The CBC Diversity initiative was founded in 2012, as part of the Children’s Book Council’s commitment to promoting diverse voices in literature for young people. We believe that all children deserve to see their world reflected in the books they read. We recognize that diversity takes on many forms, including differences in race, religion, gender, geography, sexual orientation, class, and ability.
In addition to championing diverse authors and illustrators, CBC Diversity strives to open up the publishing industry to a wider range of employees. We’ve taken an active role in recruiting diverse candidates, participating in school career fairs and partnering with We Need Diverse Books on its summer internship program.
Please tell us about the
most recent diverse book you published.
still at the very early stages of building my list, but I was fortunate enough
to edit two books with diverse characters recently:
The Fantastic Body is a nonfiction,
illustrated guide to the human body for kids. Because the book would be so
heavily illustrated, we wanted the children depicted to be multifaceted and
diverse. The book is nonfiction and prescriptive, so the text doesn’t actually
address race in a direct way. It’s important to address serious issues of race,
culture, and identity in diverse books, but it’s also important to show that
children are children, no matter their background, and that there are more
things that unite them than divide them. I firmly believe in publishing books
featuring diverse characters without making race the main issue, so I’m proud
of that book.
was also the developmental editor for a middle grade series of novels called
Shred Girls. The first book, Lindsay’s
Joyride, is about young girls who befriend each other through their shared
love of BMX. What I loved about the book was how multifaceted every main
character was. Lindsay likes comic books, but she also, it turned out, loves
riding bikes. And she likes many other things: her new friends. Her Mexican
grandmother’s cooking. The cute boy who rides at the same park. Kombucha.
Mariana Pajón, Colombian cyclist and two-time Olympic gold medalist and BMX
World Champion. No one thing defined her, nor any other character. While
Lindsay is Latina and proud, her heritage informs the novel but isn’t its sole
Candlewick Press Assistant editor Melanie Cordova, with questions provided by
summer editorial intern Isabella Corletto.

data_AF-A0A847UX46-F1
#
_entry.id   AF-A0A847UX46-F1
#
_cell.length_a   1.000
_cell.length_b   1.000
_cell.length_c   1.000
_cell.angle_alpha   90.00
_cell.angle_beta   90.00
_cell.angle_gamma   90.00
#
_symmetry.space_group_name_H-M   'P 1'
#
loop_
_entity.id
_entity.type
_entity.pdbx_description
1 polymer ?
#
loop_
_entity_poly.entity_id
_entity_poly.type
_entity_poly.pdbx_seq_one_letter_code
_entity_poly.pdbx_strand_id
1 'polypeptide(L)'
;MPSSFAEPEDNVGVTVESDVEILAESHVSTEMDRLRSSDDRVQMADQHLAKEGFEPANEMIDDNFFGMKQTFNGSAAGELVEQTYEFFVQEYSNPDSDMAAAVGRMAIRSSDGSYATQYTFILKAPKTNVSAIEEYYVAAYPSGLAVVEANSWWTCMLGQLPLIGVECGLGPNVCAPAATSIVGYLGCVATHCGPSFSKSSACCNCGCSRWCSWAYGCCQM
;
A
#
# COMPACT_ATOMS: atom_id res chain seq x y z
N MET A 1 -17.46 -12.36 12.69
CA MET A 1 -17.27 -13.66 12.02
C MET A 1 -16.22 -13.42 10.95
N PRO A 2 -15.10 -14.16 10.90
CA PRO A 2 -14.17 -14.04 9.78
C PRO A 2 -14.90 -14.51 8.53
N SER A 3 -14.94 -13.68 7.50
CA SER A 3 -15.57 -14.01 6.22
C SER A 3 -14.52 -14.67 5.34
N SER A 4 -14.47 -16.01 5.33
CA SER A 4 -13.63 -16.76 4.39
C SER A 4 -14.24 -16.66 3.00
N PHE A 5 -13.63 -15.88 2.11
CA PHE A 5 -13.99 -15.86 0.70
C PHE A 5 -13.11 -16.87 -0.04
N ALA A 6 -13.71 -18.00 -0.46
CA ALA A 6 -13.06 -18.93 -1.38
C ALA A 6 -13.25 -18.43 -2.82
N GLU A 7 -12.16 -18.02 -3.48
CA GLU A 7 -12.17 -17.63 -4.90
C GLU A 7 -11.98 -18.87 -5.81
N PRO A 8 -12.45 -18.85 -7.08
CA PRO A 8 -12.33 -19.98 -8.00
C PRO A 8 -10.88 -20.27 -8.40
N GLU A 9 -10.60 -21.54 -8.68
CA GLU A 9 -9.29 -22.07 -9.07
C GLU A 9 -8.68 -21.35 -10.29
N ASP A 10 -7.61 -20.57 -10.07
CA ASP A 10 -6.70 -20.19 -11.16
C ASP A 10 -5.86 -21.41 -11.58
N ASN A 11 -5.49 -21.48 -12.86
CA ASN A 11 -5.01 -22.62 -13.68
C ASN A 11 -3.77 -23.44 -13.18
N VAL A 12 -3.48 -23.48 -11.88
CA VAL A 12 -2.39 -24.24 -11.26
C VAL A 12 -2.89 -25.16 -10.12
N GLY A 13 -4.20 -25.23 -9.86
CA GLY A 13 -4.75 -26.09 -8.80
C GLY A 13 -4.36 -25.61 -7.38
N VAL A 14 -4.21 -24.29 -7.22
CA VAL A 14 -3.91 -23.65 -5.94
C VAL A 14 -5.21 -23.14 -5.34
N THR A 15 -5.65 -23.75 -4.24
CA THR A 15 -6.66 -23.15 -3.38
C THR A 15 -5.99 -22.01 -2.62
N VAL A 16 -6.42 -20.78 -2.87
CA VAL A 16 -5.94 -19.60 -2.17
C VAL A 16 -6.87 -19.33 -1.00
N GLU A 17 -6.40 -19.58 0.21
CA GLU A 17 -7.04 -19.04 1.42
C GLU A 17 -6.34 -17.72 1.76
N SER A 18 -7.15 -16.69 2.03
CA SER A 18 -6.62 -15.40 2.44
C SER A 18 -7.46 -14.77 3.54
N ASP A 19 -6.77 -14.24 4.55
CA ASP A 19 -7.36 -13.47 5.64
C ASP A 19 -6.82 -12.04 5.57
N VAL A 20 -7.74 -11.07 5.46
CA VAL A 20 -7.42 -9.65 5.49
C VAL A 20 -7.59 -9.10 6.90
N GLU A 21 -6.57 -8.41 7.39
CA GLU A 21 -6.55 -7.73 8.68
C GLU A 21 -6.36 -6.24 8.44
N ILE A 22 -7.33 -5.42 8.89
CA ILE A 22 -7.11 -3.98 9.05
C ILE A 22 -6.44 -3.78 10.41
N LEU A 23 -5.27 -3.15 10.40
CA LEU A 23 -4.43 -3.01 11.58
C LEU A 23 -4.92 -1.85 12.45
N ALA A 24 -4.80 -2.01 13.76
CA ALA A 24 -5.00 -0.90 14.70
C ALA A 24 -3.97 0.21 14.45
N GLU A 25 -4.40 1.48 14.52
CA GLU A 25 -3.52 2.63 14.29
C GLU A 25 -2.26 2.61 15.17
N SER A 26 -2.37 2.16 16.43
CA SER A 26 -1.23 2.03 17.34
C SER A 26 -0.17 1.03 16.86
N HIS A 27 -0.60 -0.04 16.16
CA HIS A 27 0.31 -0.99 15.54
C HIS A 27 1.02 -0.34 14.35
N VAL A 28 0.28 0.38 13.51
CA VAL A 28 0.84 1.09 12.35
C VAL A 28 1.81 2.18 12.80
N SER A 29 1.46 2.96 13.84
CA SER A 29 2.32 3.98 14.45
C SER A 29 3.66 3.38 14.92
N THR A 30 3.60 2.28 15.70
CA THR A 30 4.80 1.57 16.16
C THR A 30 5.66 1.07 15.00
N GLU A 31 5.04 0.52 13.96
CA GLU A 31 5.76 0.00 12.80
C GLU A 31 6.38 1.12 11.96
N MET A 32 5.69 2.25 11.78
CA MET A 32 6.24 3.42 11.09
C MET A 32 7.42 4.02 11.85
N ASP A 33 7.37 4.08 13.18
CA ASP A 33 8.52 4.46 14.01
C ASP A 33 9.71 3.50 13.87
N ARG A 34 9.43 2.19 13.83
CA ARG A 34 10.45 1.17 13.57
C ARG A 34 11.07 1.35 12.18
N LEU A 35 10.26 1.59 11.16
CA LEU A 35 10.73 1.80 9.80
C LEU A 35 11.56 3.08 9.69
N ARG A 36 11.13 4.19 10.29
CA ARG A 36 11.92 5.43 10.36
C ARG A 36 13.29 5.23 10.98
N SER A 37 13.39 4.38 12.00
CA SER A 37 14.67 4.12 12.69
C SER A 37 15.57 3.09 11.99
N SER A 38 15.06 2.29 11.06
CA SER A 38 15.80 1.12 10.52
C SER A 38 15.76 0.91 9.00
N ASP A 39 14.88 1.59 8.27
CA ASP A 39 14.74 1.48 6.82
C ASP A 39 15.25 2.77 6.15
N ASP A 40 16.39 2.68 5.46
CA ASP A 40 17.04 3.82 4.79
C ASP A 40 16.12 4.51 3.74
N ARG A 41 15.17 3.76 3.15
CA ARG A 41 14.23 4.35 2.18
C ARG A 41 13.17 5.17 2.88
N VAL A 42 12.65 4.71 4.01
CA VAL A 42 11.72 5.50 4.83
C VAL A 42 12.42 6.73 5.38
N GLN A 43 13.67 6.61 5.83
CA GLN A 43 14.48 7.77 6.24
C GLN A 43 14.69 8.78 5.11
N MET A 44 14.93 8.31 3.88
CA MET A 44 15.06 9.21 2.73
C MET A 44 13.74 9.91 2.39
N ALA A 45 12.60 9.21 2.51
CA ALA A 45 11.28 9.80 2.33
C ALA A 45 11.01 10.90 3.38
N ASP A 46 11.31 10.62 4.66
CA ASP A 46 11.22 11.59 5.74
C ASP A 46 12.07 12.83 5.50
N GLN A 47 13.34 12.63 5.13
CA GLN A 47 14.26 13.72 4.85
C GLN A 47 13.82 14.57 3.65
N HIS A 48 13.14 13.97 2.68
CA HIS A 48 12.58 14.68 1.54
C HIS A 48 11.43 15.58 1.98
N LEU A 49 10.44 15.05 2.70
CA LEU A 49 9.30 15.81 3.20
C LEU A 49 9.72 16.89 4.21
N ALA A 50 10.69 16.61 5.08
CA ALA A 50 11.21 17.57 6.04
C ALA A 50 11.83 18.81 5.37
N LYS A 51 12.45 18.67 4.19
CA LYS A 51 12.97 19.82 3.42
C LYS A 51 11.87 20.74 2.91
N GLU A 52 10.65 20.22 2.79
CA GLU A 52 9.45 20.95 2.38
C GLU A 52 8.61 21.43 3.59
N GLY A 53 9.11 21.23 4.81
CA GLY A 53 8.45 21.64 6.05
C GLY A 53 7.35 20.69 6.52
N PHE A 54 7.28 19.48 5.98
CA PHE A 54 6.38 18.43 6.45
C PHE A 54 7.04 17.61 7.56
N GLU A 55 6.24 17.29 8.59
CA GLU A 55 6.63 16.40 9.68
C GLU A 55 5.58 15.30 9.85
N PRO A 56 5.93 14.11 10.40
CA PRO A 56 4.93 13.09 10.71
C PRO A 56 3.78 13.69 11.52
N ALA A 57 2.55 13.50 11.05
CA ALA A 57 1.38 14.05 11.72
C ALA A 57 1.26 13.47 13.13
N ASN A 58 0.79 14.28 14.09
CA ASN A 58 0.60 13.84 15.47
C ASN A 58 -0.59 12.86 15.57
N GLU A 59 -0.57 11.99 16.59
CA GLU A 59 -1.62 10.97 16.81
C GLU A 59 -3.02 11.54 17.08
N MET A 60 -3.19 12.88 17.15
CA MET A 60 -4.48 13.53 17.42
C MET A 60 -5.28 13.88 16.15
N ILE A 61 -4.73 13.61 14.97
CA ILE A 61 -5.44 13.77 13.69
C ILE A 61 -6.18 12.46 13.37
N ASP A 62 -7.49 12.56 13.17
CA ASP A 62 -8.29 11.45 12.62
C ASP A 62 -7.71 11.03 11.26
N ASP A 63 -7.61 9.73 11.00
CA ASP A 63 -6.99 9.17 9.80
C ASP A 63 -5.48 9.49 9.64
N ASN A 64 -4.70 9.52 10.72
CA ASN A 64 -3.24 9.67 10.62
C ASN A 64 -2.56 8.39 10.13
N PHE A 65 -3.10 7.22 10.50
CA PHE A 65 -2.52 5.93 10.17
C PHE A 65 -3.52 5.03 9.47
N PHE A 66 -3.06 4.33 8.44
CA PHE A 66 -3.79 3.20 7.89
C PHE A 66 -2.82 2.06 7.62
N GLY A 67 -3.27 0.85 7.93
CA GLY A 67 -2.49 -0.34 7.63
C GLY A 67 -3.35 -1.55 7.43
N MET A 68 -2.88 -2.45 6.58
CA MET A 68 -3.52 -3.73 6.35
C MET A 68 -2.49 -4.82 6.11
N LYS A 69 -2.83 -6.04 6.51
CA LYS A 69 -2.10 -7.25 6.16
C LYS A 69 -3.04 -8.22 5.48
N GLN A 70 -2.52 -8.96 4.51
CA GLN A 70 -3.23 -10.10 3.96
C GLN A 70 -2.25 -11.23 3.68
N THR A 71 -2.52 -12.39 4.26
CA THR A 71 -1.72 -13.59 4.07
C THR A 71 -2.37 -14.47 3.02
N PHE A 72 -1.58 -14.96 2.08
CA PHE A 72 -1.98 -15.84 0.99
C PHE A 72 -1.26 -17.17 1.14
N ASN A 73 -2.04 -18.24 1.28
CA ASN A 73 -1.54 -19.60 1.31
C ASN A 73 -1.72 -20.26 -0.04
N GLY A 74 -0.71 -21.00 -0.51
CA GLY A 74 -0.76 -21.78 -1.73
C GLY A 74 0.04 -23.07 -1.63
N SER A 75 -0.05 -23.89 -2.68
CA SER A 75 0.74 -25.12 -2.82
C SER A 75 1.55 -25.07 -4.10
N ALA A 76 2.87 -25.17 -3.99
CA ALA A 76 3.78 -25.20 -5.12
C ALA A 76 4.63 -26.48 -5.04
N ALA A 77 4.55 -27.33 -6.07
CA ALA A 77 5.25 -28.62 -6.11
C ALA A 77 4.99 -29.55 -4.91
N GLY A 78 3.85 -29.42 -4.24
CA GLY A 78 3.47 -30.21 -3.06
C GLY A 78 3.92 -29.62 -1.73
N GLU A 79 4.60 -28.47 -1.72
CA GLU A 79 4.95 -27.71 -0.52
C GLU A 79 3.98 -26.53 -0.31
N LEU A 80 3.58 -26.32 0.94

Candlewick has been my first experience in publishing. What made you want to
get into publishing? How did your career begin, and how long have you been
working in the industry? Did you always know you wanted to pursue a career in
I didn’t know I wanted to work in publishing until my
freshman year of college. Back then, I desperately needed a job and after many
attempts, my boyfriend (now husband) convinced me to apply to a bookstore.
Luckily, the bookstore I applied to needed a children’s bookseller immediately
and they hired me on the spot. The experience changed everything. At the
bookstore, I rediscovered my love for books, especially children’s books. By
the end of my sophomore year I had changed my major from Journalism to Writing,
Literature, and Publishing. After that, I interned and worked at a couple of
publishing houses until I finally landed at Candlewick. If we count my
bookstore experience, which I obviously do, I’ve been working in publishing for
a decade now.
To be able to work
with a text when it’s in its earliest drafts and then see it published has to
be an incredibly special experience. So much more time, care, and hard work is
put into every single book than I could’ve ever imagined. What is one of the
most rewarding experiences you’ve had during your time in publishing?
When I was a sales assistant at Candlewick, I saw a press
release about Candlewick acquiring Juana and Lucas. The story appealed
to me so much, and I was so excited we had taken it up. After transferring over
to editorial, I found out that my boss was the book’s editor and had just
started working on it. From admiring this project from afar to working with the
incredibly talented Juana Medina to seeing it win the Pura Belpré Award,
working on this book has been one of my most rewarding experiences so far.
Assistant Editor at Little, Brown Books for Young Readers
To tell you how I got into publishing, I could start by mentioning that my mother always had a book in her hand, and taught me to do the same—or that I spent most of my time lost in books like One Fat Summer by Robert Lipsyte.
These experiences definitely shaped me to be the kind of person who would find myself in the world of publishing but, honestly, the idea of a publishing career didn’t even pop into my mind until the day I watched Margaret Tate and Andrew Paxton (played by Sandra Bullock and Ryan Reynolds) banter on the silver screen in The Proposal.
I remember that being a particularly difficult time for me. I’d just spent the last year working at Massachusetts Eye and Ear Infirmary while taking pre-med classes at night. Although I was proud of the idea of becoming a doctor, I wasn’t eager to go to work and class every day, but I didn’t like the idea of quitting either. Then one weekend, as I watched Margaret and Andrew throw humorous insults at each other, I noticed Margaret’s hardcopy manuscripts sprinkled across her desk. I was fascinated by the part where Andrew was trying to convince her to buy a manuscript that he loved. I remember thinking, Is this a thing? Does this career actually exist?! That night, I looked up the industry guides that my school had available, and ta da, there it was—an industry guide on publishing. Seriously…never doubt the power of media.